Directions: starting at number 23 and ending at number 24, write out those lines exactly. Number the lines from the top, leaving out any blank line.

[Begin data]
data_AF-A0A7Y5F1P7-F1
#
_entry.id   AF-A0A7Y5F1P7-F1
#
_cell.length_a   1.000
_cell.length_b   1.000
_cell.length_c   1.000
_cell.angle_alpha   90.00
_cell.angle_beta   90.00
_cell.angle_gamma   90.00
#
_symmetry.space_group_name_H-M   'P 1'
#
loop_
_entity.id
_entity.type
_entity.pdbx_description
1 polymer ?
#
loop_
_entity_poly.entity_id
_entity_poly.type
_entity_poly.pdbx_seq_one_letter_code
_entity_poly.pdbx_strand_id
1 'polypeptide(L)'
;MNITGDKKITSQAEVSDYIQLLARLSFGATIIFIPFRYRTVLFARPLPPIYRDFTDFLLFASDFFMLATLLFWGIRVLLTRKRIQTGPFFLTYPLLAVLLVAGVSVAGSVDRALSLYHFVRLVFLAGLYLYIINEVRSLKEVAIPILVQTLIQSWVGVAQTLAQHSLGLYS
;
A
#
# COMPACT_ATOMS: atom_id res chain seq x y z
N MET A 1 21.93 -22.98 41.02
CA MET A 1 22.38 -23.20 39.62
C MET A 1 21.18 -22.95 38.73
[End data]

_entity_poly.pdbx_seq_one_letter_code
_entity_poly.pdbx_strand_id